Activists against such intervention have been unrelenting in their opposition, especially since Feb. 23, when U.S.-backed politician Juan Guaidó declared himself acting president. Guaidó’s justification for the soft coup is his belief that President Nicolás Maduro’s re-election in May was illegitimate.

Guaidó is using Article 233 of Venezuela’s constitution which places temporary presidential power on the head of the National Assembly when the presidency is otherwise vacant. He also cites Article 350, which proclaims that Venezuelans “shall disown any regime, legislation or authority that violates democratic values, principles and guarantees or encroaches upon human rights.”

Since then, Maduro and Guaidó have been locked in a tense standoff.

In D.C. on Saturday, protesters carried bright yellow placards declaring their position, such as “Not Your Land, Not Your Oil, Hands off Venezuelan soil.” Buses of demonstrators came from New York, Georgia, Chicago, Albuquerque, New Mexico, and all points in between. The crowd was an eclectic mix of young and old, hippies, millennials, Venezuelans — supporters and opponents of U.S. intervention — indigenous people, Haitians, Palestinians and others.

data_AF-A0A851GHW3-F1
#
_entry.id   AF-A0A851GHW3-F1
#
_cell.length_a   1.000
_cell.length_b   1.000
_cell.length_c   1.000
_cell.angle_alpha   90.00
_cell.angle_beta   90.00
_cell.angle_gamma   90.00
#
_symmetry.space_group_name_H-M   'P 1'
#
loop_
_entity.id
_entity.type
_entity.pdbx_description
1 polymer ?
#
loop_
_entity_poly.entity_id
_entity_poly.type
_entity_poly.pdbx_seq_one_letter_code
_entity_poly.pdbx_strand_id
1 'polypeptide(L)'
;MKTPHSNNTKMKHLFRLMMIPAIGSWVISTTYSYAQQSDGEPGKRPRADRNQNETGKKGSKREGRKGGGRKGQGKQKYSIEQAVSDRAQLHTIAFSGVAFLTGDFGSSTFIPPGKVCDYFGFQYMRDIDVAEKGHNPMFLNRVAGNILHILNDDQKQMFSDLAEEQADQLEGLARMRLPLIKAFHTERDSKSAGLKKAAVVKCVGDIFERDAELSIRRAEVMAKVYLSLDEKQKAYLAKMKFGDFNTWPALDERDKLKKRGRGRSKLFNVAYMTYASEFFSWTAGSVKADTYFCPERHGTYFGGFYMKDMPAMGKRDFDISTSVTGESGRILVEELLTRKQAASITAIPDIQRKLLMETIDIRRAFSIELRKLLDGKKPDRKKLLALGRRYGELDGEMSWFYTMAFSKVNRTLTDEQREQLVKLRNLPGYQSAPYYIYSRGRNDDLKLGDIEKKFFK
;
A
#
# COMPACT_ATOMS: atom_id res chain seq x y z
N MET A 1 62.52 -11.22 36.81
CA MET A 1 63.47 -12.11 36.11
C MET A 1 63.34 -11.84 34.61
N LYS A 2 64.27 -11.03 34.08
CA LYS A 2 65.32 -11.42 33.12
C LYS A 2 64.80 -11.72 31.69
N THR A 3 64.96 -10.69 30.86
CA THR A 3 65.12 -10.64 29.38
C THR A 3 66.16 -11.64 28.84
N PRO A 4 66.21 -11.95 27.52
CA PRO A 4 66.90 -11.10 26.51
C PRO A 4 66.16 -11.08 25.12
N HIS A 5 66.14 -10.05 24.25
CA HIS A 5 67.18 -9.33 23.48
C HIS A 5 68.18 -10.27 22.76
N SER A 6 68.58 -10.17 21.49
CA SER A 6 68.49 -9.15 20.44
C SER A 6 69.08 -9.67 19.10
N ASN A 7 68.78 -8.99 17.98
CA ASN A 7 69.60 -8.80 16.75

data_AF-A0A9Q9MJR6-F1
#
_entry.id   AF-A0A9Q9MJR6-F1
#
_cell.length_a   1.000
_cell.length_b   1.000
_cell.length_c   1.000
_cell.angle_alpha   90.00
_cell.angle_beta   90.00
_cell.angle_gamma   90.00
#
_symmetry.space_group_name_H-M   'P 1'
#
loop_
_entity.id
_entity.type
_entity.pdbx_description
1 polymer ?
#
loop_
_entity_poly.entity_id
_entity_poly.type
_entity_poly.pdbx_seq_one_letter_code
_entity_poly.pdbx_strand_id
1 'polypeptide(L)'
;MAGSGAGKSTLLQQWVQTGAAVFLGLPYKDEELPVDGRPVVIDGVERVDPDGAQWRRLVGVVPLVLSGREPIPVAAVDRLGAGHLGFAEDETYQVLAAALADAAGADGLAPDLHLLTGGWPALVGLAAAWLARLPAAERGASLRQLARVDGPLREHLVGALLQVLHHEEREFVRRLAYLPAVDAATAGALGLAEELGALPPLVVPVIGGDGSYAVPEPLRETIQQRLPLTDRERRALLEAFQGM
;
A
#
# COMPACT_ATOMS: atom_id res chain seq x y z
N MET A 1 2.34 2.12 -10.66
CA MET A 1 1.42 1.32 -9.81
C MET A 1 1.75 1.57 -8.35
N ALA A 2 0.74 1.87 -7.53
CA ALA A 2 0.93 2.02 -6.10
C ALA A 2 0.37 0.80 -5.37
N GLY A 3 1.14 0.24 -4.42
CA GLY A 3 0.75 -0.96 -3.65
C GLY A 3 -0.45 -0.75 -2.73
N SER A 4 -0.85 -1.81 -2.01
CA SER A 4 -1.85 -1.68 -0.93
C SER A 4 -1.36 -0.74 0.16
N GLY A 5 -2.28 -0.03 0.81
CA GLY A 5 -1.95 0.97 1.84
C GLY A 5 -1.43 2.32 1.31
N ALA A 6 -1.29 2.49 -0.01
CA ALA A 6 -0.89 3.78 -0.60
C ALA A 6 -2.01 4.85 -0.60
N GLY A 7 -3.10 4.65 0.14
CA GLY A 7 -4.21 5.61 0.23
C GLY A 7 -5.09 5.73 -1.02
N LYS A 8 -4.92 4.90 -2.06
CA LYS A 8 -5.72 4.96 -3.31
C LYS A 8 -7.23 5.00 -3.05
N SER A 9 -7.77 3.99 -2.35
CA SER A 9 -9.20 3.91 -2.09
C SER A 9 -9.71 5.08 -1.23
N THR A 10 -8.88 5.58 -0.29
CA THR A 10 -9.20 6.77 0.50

“It’s obviously critically important to be here,” said moderator Eugene Puryear of the Justice First organization. “They want to create dirty war, foment unrest and pit Venezuelans against each other. We’ve seen this story before in Iraq, Libya, and other countries which have been a complete humanitarian disaster. People are trying to eat, trying to survive because of the intervention.

“No to regime change agenda. Not in our name!” Puryear said.

Shortly after the rally began, a small contingent of Maduro opponents gathered. Several shouted out anti-Maduro comments, while others stood toe to toe with those against intervention jawing at each other. All around Lafayette Park, pairs of people or others in tight circles of debated and discussed their truths, some gesturing to emphasize their points, their faces tightening as they spoke.

Maduro opponents edged closer to the larger crowd and soon those on each side of the issue stood inches from each other, trying to overpower the words from the other side, shouting and pointing as their agitation spiked.

Mounted police and SWAT team members stepped in quickly to restore order, encouraging the anti-Maduro crowd to move back.

Katherine Savatierre stood watching the rally in between engaging with those who held a differing view.